+
Negative and Positive Feedback Loops

Negative and Positive Feedback Loops

Author: Aaron Mullally
Description:

- know the general principles of hormone secretion

- know what negative feedback is

- give an example of negative feedback (besides what is in the video)

- know what positive feedback is

- give an example of postive feedback (besides what is in the video)

This packet covers the topics of negative and positive feedback and applies them to the endocrine system.

(more)
See More
Try a College Course Free

Sophia’s self-paced online courses are a great way to save time and money as you earn credits eligible for transfer to over 2,000 colleges and universities.*

Begin Free Trial
No credit card required

25 Sophia partners guarantee credit transfer.

221 Institutions have accepted or given pre-approval for credit transfer.

* The American Council on Education's College Credit Recommendation Service (ACE Credit®) has evaluated and recommended college credit for 20 of Sophia’s online courses. More than 2,000 colleges and universities consider ACE CREDIT recommendations in determining the applicability to their course and degree programs.

Tutorial

Overview of Negative & Positive Feedback Loops

We regulate our homeostasis through two major types of feedback mecahnisms; negative and positive feedback loops. There are key differences between these two types of mechanisms but they still both revolove around one central premise: dealing with stimuli. There are three main parts to a feedback loop: stimulus, control center, effectors. Both negative and positive feedback have these but the effectors and control centers operate differently.

A stimulus is something that disrupts our physiology or state of balance (homeostasis). Depending on what the stimulus is we have built in mechanisms to handle it. One of those mechanisms is negative feedback. Negative feedback is the most commonly used feedback loop in the body. Negative feedback is used to negate or counteract a stimulus without completely eradicating it. Let's use blood pressure as an example of this. If our blood pressure rises pressure receptors called baroreceptors (baro = pressure) will be stimulated. Baroreceptors are found in the arch of the aorta and the carotid sinuses of the carotid arteries. They will then generate action potentials (nervous impulses) to the medulla oblongota (cardioaccelratory center & vasomotor centers to be specific). The medulla oblongota would be the control center in this situation. Then the control centers will stimulate two effects: dilation of peripheral blood vessels to lower something called peripheral resistance, and lower our heart rate which will lower cardiac output (CO). So the peripheral vessels and the heart are the effector organs in this situation. Once our blood pressure goes back down to normal then the barorecptors will become inactivated and the medulla oblongata will stop its actions on the effector organs. So as you can see here we only cary out a change to negate a change in blood pressure, not eliminate it.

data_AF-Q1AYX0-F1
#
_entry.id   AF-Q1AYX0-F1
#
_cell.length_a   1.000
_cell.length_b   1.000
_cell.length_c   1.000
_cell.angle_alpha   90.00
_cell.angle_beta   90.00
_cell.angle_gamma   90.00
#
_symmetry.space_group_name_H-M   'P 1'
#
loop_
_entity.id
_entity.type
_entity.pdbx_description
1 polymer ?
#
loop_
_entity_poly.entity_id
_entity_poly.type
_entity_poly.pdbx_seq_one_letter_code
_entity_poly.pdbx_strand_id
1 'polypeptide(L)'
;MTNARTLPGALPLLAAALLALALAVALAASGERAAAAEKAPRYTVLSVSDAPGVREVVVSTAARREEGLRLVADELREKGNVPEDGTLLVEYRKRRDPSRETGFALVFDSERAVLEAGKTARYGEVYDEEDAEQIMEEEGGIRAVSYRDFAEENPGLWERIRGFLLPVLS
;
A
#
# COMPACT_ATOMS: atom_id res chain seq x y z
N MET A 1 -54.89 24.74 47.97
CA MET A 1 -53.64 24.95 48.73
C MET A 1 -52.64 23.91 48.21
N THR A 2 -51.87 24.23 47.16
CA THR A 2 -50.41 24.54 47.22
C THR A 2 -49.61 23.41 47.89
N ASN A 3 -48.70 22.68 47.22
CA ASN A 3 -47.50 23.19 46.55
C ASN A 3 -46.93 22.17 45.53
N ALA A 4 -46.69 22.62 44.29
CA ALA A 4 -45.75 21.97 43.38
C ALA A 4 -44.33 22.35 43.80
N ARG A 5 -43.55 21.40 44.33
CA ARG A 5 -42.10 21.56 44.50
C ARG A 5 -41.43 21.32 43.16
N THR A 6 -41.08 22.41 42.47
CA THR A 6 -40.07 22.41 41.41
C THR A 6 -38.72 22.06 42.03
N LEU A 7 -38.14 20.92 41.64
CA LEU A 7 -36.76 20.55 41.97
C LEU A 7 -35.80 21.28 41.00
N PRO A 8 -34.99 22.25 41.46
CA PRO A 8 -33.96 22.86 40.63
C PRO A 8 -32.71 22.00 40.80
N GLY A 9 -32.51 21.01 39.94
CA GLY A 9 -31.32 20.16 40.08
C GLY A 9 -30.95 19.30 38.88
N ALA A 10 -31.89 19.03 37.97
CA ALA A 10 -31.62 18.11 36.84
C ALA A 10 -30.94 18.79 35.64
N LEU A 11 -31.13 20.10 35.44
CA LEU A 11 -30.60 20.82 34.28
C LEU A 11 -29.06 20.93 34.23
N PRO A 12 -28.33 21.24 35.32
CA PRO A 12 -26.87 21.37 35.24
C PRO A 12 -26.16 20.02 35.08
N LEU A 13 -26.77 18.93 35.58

Positive feedback has the same mechanisms but they are used differently. One key difference is that positive feedback loops are used to eradicate a stimulus. Another key difference is that responses through positive feedback become more amplified over time. So once a stimulus activates a positive feedback loop it is not turned off until the stimulus is completely removed. Postivie feedback loops/mechanisms tend to be more intense than negative feedback and can be life threatening if they get out of control. Let's use a fever as an example here. A fever is caused by an invading organism (stimulus) such as a virus (pathogen). There are certain cells in our blood and tissues that will begin to attack these pathogens and secrete chemicals called pyrogens to the brain (pyro- fire). These pyrogens will travel to the hypothalamus (control center), which is here body temperature is regulated. These pyrogens trick the hypothalamus into thinking our core body temperature should be higher than 98.6º F. So we will get cold at first and start to shiver because our brain thinks our body temperature should be higher. Then we will feel very hot once we reach this new temperature. The brain will maintain the fever and high body temperature until the virus is completely eradicated. So as long as the virus is present, the cells will continue to secrete pyrogens and will also increase the rate at which it does this. If our body temperature climbs too high then this can be threatening to our life and well being.

If you understand feedback loops then you will understand diseases. If we are unable to physiologically compensate for a stimulus on our own we will need medical intervention. Think of the blood pressure example from above. If we are unable to get our blood pressure under control on our own we will need help. If we don't get blood pressure under control harm will come our vessels.

Source: Mind of Aaron

Negative & Positive Feedback

This video covers negative and positive feedback

Source: Self made